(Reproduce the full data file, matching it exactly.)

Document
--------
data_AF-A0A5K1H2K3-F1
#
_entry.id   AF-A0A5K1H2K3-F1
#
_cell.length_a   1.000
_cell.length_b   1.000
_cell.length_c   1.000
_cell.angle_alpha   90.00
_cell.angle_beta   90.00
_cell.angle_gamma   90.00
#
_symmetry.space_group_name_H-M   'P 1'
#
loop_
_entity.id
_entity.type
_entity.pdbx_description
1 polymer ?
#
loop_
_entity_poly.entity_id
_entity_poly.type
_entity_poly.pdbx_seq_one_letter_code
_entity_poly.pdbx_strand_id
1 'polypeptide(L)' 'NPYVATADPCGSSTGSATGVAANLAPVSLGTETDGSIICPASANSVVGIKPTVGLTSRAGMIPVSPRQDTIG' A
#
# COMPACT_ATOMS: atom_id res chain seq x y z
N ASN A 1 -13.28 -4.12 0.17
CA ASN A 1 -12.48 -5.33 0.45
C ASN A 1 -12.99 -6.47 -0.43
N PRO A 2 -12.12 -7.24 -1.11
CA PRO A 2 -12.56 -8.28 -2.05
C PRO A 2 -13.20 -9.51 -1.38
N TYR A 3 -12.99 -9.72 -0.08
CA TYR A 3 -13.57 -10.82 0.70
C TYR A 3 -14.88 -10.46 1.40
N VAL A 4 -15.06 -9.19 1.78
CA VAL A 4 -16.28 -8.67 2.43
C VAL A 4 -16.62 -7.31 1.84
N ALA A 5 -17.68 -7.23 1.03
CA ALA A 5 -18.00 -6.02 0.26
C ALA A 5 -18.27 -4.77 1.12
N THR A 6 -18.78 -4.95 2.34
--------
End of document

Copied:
data_AF-A0A5K1H2K3-F1
#
_entry.id   AF-A0A5K1H2K3-F1
#
_cell.length_a   1.000
_cell.length_b   1.000
_cell.length_c   1.000
_cell.angle_alpha   90.00
_cell.angle_beta   90.00
_cell.angle_gamma   90.00
#
_symmetry.space_group_name_H-M   'P 1'
#
loop_
_entity.id
_entity.type
_entity.pdbx_description
1 polymer ?
#
loop_
_entity_poly.entity_id
_entity_poly.type
_entity_poly.pdbx_seq_one_letter_code
_entity_poly.pdbx_strand_id
1 'polypeptide(L)' 'NPYVATADPCGSSTGSATGVAANLAPVSLGTETDGSIICPASANSVVGIKPTVGLTSRAGMIPVSPRQDTIG' A
#
# COMPACT_ATOMS: atom_id res chain seq x y z
N ASN A 1 -13.28 -4.12 0.17
CA ASN A 1 -12.48 -5.33 0.45
C ASN A 1 -12.99 -6.47 -0.43
N PRO A 2 -12.12 -7.24 -1.11
CA PRO A 2 -12.56 -8.28 -2.05
C PRO A 2 -13.20 -9.51 -1.38
N TYR A 3 -12.99 -9.72 -0.08
CA TYR A 3 -13.57 -10.82 0.70
C TYR A 3 -14.88 -10.46 1.40
N VAL A 4 -15.06 -9.19 1.78
CA VAL A 4 -16.28 -8.67 2.43
C VAL A 4 -16.62 -7.31 1.84
N ALA A 5 -17.68 -7.23 1.03
CA ALA A 5 -18.00 -6.02 0.26
C ALA A 5 -18.27 -4.77 1.12
N THR A 6 -18.78 -4.95 2.34